Baz is fun. Bubbly. A crop-top-wearing good time who makes saucy, meaty sandwiches. That’s pretty much been her calling card from the beginning, helping her break through the crowded and competitive field at Bon Appétit, where she began working in 2016. In her wildly popular test-kitchen videos, her personality garnered as many compliments (“You are so adorable!” “Love every single one of her Mollyisms!” “Molly definitely has the spirit of Phoebe Buffay in her”) as the recipes themselves. She left Bon Appétit in 2020 after the staff was rocked by accusations of pay inequity and racism. At the time, Baz had already sold her first cookbook, but it wasn’t out for nine months and she had no plans to leave the brand. The revelations about pay changed that. “I wasn’t sure that leadership at Bon Appétit would be able to pull this out in the way that I hoped they would,” she says, uncharacteristically solemn. “I definitely had the first panic attacks of my life in that period of time.”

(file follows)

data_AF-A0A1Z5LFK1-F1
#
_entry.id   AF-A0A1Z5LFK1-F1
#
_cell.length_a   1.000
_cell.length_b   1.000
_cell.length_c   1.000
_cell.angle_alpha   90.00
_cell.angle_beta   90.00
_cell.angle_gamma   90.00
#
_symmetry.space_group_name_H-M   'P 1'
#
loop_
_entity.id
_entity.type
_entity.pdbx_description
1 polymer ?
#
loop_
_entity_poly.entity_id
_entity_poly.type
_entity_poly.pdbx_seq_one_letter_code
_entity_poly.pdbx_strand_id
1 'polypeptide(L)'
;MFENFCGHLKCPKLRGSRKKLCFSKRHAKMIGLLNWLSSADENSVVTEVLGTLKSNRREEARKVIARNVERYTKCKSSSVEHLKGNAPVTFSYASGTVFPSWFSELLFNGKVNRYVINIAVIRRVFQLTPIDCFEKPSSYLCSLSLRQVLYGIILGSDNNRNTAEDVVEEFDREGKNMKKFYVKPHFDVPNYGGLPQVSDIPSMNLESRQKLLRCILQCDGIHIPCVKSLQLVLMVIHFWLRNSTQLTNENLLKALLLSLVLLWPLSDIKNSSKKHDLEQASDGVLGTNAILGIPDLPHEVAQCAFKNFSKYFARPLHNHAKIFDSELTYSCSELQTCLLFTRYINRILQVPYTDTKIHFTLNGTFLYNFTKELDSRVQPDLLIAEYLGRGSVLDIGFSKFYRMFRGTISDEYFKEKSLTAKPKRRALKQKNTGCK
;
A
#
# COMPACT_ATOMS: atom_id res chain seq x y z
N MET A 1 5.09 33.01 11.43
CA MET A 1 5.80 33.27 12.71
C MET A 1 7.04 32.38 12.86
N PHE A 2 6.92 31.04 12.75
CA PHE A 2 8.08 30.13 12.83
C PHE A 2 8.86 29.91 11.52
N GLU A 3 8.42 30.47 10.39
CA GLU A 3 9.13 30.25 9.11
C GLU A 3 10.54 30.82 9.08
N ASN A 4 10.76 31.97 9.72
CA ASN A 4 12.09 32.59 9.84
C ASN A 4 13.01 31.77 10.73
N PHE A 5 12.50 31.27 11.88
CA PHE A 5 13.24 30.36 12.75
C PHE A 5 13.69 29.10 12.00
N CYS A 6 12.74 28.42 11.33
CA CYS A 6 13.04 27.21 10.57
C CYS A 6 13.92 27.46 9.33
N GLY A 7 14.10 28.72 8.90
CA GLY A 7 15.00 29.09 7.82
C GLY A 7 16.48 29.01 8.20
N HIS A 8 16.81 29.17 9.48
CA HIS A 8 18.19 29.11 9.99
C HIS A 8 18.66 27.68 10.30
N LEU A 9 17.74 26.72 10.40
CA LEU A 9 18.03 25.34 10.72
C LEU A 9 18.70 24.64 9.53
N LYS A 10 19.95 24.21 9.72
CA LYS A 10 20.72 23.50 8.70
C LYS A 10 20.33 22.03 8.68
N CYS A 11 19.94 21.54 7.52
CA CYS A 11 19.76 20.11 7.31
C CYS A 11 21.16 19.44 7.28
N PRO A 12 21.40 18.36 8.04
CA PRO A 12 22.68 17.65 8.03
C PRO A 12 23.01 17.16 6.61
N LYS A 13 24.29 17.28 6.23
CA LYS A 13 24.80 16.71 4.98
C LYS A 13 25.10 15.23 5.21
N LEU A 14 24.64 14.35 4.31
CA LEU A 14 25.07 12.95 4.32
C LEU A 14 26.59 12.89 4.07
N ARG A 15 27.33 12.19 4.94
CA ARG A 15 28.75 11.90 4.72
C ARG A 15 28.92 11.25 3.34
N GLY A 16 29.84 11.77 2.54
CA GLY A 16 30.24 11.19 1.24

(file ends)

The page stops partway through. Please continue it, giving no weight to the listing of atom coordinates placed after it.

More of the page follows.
She decided to strike, posting on Instagram that she would no longer appear in test-kitchen videos until the inequities were addressed. The Bon App implosion became international news. There was even a much-hyped podcast about it that was canceled as a result of its own workplace reckoning before it finished airing. “This isn’t something I’ve ever really talked about,” she says. “I was so overcome with urgency that I didn’t run the ‘I’m going to strike’ plan by any of my test-kitchen comrades. I wish that I had. People knew and loved us as a family, and we should’ve made a decision together as a family. Instead, I was like, ‘Here’s what I want to do and I’m going to do it and I hope you guys are on board.’” Baz’s exit made Bon App’s loyal fans freak out. But it also made Baz stand out, departing the magazine with her reputation intact.